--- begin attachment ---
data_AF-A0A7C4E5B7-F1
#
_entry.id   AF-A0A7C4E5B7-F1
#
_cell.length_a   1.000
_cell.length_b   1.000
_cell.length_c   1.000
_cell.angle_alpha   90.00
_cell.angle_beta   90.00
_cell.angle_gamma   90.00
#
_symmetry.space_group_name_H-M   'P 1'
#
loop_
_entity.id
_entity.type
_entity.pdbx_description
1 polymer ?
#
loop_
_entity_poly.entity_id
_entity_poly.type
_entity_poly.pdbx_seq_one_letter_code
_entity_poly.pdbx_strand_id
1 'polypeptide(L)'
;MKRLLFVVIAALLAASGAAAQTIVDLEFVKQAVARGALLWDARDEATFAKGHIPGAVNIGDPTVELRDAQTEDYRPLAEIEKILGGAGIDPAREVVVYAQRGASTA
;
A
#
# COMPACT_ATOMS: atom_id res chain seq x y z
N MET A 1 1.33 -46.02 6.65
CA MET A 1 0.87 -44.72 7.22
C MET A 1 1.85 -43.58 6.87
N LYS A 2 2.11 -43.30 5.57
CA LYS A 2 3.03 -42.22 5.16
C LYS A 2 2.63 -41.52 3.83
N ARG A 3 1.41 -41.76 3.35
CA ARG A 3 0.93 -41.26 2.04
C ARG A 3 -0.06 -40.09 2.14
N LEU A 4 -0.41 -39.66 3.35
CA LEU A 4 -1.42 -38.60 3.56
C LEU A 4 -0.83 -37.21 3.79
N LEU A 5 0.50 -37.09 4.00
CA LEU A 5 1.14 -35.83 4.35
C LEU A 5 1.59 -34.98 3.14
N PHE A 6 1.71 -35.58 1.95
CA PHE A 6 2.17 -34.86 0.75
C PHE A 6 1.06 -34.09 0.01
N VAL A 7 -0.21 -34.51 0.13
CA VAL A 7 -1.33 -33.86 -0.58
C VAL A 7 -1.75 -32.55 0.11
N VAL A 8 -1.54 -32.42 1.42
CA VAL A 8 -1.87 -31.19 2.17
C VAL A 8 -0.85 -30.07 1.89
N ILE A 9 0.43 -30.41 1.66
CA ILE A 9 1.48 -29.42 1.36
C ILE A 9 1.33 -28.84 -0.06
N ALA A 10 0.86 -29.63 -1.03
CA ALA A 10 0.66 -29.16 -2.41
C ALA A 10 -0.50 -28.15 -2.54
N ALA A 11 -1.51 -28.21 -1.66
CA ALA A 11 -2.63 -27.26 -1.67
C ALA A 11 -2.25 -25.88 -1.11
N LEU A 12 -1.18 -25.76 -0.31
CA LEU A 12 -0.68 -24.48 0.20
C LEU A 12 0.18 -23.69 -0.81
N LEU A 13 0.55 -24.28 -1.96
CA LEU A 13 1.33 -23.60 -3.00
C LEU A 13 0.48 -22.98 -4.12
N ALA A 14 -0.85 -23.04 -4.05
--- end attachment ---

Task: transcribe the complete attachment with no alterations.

data_AF-A0A7C4E5B7-F1
#
_entry.id   AF-A0A7C4E5B7-F1
#
_cell.length_a   1.000
_cell.length_b   1.000
_cell.length_c   1.000
_cell.angle_alpha   90.00
_cell.angle_beta   90.00
_cell.angle_gamma   90.00
#
_symmetry.space_group_name_H-M   'P 1'
#
loop_
_entity.id
_entity.type
_entity.pdbx_description
1 polymer ?
#
loop_
_entity_poly.entity_id
_entity_poly.type
_entity_poly.pdbx_seq_one_letter_code
_entity_poly.pdbx_strand_id
1 'polypeptide(L)'
;MKRLLFVVIAALLAASGAAAQTIVDLEFVKQAVARGALLWDARDEATFAKGHIPGAVNIGDPTVELRDAQTEDYRPLAEIEKILGGAGIDPAREVVVYAQRGASTA
;
A
#
# COMPACT_ATOMS: atom_id res chain seq x y z
N MET A 1 1.33 -46.02 6.65
CA MET A 1 0.87 -44.72 7.22
C MET A 1 1.85 -43.58 6.87
N LYS A 2 2.11 -43.30 5.57
CA LYS A 2 3.03 -42.22 5.16
C LYS A 2 2.63 -41.52 3.83
N ARG A 3 1.41 -41.76 3.35
CA ARG A 3 0.93 -41.26 2.04
C ARG A 3 -0.06 -40.09 2.14
N LEU A 4 -0.41 -39.66 3.35
CA LEU A 4 -1.42 -38.60 3.56
C LEU A 4 -0.83 -37.21 3.79
N LEU A 5 0.50 -37.09 4.00
CA LEU A 5 1.14 -35.83 4.35
C LEU A 5 1.59 -34.98 3.14
N PHE A 6 1.71 -35.58 1.95
CA PHE A 6 2.17 -34.86 0.75
C PHE A 6 1.06 -34.09 0.01
N VAL A 7 -0.21 -34.51 0.13
CA VAL A 7 -1.33 -33.86 -0.58
C VAL A 7 -1.75 -32.55 0.11
N VAL A 8 -1.54 -32.42 1.42
CA VAL A 8 -1.87 -31.19 2.17
C VAL A 8 -0.85 -30.07 1.89
N ILE A 9 0.43 -30.41 1.66
CA ILE A 9 1.48 -29.42 1.36
C ILE A 9 1.33 -28.84 -0.06
N ALA A 10 0.86 -29.63 -1.03
CA ALA A 10 0.66 -29.16 -2.41
C ALA A 10 -0.50 -28.15 -2.54
N ALA A 11 -1.51 -28.21 -1.66
CA ALA A 11 -2.63 -27.26 -1.67
C ALA A 11 -2.25 -25.88 -1.11
N LEU A 12 -1.18 -25.76 -0.31
CA LEU A 12 -0.68 -24.48 0.20
C LEU A 12 0.18 -23.69 -0.81
N LEU A 13 0.55 -24.28 -1.96
CA LEU A 13 1.33 -23.60 -3.00
C LEU A 13 0.48 -22.98 -4.12
N ALA A 14 -0.85 -23.04 -4.05